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Right on Q: 1970, 2013, and the end of an era.

The White Sox lost 105 games in 1970. Two years later, they were in first place. How Roland Hemond rebuilt an entire organization in a matter of months.

Rick Hahn can learn a thing or two from Roland Hemond
Rick Hahn can learn a thing or two from Roland Hemond
Jonathan Daniel

What do Paul Konerko and Luis Aparicio have in common? They are both part of the small fraternity of White Sox players to actually participate in a World Series. Eventually, Konerko's 14 will join Little Looie's 11 on the list of White Sox retired numbers.

But the correct answer is that they are both the last players of their era.

Aparicio was part of the "Go Go Sox," an era that started in the early 1950s and culminated in a World Series appearance in 1959 before crashing for good in 1970. Paul Konerko was part of the "Win or Die Trying" White Sox era that started in 2003 and culminated in a World Series championship in 2005 before crashing for good in 2013.

Rick Hahn's job is to start the next era in White Sox history.

That was the job facing Roland Hemond when he was hired by the White Sox as director of player personnel on Sept. 4, 1970. On that day, the White Sox were 49-90, well on their way to a franchise-worst record of 56-106. Hemond was hired as part of a major management shakeup designed to save the sputtering franchise. Owner John Allyn fired general manager Ed Short, and replaced him with Stu Holcomb, who up to that point had been the Sox's public relations director.

Holcomb was not a baseball guy. He was a college football coach, with stints at Miami of Ohio and Purdue. Later he was athletic director at Northwestern before joining the Allyn organization in 1967 as the general manager of the Chicago Mustangs soccer team. When the Mustangs folded at the end of 1968, Holcomb found himself at Comiskey Park.

Holcomb needed to rebuild, and his architects were way out west - in the California Angels organization. Hemond was the 40-year-old scouting director for the Angels. Chuck Tanner was the 41-year-old manager of the Hawaii Islanders, a PCL team that was loaded with Angels prospects.

Bill Melton was thrilled with the new arrangement, telling the Chicago Tribune there was a "generation gap" between the front office and the players.

"They were trying to introduce a youth movement with 80-year-old men," a perceived swipe at previous manager Don Gutteridge, and a coaching staff full of holdovers from Al Lopez.

The Trib also speculated that Melton was trying to sweet-talk the new management into returning him to third base. Melton had been in right field since June.

Hemond's first deal came in October, when he sent utilitymen Gail Hopkins and John Matias to the Kansas City Royals for outfielder Pat Kelly and pitcher Don O'Riley.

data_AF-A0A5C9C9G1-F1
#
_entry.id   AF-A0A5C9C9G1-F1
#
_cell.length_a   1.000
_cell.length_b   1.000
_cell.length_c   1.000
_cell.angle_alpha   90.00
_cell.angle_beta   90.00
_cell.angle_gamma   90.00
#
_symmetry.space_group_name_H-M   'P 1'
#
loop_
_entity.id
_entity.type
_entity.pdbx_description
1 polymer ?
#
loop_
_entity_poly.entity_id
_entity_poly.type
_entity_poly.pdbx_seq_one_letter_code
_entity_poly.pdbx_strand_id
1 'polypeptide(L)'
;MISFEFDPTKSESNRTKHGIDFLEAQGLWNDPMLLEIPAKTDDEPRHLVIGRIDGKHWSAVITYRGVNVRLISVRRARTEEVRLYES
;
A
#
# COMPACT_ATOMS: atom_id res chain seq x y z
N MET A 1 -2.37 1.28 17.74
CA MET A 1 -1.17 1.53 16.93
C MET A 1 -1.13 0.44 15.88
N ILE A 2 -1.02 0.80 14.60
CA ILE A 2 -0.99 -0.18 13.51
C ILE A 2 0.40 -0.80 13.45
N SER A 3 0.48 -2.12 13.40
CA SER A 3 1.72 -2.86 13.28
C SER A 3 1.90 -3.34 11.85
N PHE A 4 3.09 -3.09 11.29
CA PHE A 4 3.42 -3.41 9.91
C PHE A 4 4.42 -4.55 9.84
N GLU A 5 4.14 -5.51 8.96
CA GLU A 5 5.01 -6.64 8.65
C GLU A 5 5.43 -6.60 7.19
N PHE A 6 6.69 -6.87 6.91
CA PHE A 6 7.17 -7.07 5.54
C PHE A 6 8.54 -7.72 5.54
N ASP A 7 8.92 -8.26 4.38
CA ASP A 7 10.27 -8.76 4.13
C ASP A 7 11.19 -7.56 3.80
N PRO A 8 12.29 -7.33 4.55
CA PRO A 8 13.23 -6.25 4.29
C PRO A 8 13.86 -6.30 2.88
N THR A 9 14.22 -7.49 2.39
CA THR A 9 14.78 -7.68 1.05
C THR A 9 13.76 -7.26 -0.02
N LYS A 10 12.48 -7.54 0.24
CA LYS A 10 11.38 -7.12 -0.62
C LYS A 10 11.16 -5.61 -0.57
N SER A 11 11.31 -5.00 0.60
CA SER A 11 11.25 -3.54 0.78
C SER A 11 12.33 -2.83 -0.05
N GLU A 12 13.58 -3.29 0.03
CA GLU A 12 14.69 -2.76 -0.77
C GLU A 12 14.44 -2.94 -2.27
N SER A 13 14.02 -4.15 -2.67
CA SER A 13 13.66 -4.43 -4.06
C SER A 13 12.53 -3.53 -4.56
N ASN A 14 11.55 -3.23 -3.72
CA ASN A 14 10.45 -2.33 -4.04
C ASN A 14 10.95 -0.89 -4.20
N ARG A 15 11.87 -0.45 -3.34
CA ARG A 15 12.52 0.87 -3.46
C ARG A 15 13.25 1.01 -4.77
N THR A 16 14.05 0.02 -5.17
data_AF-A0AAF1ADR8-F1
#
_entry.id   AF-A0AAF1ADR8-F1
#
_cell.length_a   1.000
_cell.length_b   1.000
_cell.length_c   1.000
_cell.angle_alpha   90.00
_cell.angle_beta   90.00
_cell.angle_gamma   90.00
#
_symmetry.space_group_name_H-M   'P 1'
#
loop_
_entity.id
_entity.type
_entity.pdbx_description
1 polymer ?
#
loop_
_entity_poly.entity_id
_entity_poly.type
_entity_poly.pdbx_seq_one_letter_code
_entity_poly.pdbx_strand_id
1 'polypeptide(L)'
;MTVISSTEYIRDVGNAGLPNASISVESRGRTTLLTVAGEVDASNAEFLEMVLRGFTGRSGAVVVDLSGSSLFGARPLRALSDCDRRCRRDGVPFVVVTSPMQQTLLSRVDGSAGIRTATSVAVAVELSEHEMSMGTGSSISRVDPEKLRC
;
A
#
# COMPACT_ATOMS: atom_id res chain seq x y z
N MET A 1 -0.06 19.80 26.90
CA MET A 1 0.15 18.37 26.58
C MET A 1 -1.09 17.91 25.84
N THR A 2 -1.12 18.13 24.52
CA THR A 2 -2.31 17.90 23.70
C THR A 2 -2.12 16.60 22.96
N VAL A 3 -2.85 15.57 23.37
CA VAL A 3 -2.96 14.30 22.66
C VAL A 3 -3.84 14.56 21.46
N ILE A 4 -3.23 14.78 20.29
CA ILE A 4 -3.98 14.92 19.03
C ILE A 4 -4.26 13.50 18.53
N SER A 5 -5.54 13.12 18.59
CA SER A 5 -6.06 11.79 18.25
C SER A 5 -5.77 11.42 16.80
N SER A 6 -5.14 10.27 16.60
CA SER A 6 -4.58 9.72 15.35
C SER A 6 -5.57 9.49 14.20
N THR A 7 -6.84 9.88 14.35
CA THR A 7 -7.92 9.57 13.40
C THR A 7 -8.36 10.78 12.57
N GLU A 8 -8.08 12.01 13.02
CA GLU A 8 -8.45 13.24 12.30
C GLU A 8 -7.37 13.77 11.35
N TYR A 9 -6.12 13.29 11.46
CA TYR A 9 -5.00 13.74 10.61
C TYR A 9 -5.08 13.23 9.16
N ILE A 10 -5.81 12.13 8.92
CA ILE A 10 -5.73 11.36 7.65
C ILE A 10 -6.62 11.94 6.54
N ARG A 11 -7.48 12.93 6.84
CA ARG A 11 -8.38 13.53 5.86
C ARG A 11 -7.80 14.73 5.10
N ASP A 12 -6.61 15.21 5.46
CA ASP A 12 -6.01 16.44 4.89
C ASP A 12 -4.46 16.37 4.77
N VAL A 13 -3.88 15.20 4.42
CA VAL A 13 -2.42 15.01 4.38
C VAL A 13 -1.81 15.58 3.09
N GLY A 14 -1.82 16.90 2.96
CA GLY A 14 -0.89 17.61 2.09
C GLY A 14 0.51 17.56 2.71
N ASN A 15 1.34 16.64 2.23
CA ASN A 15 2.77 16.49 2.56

For Hemond, the Trade Mart opened on Nov. 30, 1970, when he sent outfielder Ken Berry, infielder Syd O'Brien, and pitcher Billy Wynne to the Angels for pitcher Tom Bradley, catcher Tom Egan, and outfielder Jay Johnstone.

Aparico was gone the next day, traded to the Red Sox for infielders Luis Alvorado and Mike Andrews.

In February of 1971, Hemond traded pitcher Gerry Janeski to the Senators for outfielder Rick Reichardt.

Within the course of a couple of months, Hemond had rebuilt the White Sox from top to bottom. Bill Melton, Carlos May, and catcher Ed Herrmann were the only holdover position players from 1970.

Melton was moved back to third base. May went from left field to first base. Alvorado replaced Aparicio at shortstop, and Andrews took over Bobby Knoop at second base.

The outfield makeover was just as complete. Kelly, Johnstone and Reichardt took the place of May, Ken Berry, and Walt "No Neck" Williams. Bradley joined a four-man pitching staff that included Wilbur Wood, Tommy John, and Joe Horlen.

The makeover was almost complete. The roster had a new look, and so did the players. They would wear new uniforms in 1971. The blue pinstripes that the Sox wore in the 1960's would be replaced by red pinstripes and *gasp!* red uniform socks.

The Sox would also have a new voice. Bob Elson, who had been broadcasting White Sox games since 1929, left to call A's games in Oakland. "The Commander" was replaced by Harry Caray, who returned to the Midwest after an unhappy summer in Oakland. Unfortunately, he would only be heard on a ragtag collection of low-wattage AM and FM stations throughout Chicago. The Sox were so bad in 1970 that they had a hard time finding a 50,000-watt AM flagship.

The White Sox went 79-83 in 1971. A losing record ... but light-years ahead of 1970.

Mike Andrews, for example, posted a .400 OBP at second base. He also led the team in walks, ahead of sluggers Melton and May. Melton led the AL in home runs with 33. Wilbur Wood won 22 games, posted a 1.91 ERA, and pitched 22 complete games.

During the 1971 off season, Hemond found the last piece of the puzzle. He traded Tommy John to the Dodgers for Dick Allen. Two years after losing 106 games, the Sox were contenders again.

Roland Hemond proved it could be done. Now it's up to Hahn to do it again.